The work-issued iPhone of San Bernardino gunman Syed Rizwan Farook, which is at the center of a dispute between Apple and the FBI, could have easily been unlocked with mobile device management (MDM) software. Not only were San Bernardino officials aware of the software, they were paying for it, according to a Sunday report from the Associated Press.

As the software was never installed and configured on Farook’s device, officials lost a crucial method of regaining access to the device.

Using MDM, Farook’s employers could have carried out a number of tasks without his permission. They could delete any data stored on board, track the device’s location, restrict services and unlock the phone’s passcode restriction. The software is normally used in organizations and schools to manage issued devices. It costs around $4 per phone per month.

Farook and Tashfeen Malik killed 14 people before they were killed by police in San Bernardino, California, in December. Officials looking for clues want access to Farook’s iPhone 5C, which has a passcode lock on it.

A California judge has ordered Apple to grant the FBI access by creating a special piece of software that will allow the FBI to make computer-generated passcode guesses in rapid succession without fear of the device wiping itself. Apple has refused, stating it does not want to undermine the security of its own products.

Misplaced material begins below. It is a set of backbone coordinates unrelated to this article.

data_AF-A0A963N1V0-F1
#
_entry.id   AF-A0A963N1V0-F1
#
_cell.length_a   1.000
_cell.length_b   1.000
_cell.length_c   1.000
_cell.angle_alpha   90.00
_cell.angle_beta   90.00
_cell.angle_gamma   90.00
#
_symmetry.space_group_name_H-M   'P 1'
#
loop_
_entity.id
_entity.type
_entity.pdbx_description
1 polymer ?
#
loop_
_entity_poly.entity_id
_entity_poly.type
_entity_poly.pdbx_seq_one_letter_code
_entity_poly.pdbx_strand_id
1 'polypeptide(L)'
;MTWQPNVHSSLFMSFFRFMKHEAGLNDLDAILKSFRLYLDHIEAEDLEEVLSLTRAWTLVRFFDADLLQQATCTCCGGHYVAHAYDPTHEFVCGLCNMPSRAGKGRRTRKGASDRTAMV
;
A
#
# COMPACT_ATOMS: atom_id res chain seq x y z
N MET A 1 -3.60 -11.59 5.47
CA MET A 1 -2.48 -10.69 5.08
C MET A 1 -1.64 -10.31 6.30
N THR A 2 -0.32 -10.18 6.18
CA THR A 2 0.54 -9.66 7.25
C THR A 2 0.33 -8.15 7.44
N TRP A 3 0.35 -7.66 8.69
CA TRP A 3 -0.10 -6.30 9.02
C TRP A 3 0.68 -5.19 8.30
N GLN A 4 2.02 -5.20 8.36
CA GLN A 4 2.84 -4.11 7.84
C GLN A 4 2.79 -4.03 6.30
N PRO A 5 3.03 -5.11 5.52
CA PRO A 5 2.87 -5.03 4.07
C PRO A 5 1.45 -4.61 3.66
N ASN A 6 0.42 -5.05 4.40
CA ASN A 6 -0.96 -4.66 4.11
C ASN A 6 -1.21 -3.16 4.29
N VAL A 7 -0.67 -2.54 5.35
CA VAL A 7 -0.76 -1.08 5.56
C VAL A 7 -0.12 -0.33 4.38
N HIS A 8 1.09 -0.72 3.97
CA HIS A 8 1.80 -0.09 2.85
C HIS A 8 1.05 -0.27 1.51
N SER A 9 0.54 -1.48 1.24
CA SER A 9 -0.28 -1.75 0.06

MobileIron Inc. was providing MDM software to the county, but county spokesman David Wert said the software was the responsibility of each department, and that there is no countywide policy on installation.

The issue has sparked widespread public debate over encryption and law enforcement. Apple CEO Tim Cook said company compliance with the order would set “a dangerous precedent” and “would undermine the very freedoms and liberty our government is meant to protect.”

The issue has fed into the presidential election. Republican front-runner Donald Trump has called for a boycott of all Apple products until the company complies, while GOP candidate Sen. Ted Cruz likened refusing the judge’s order to defying a search warrant.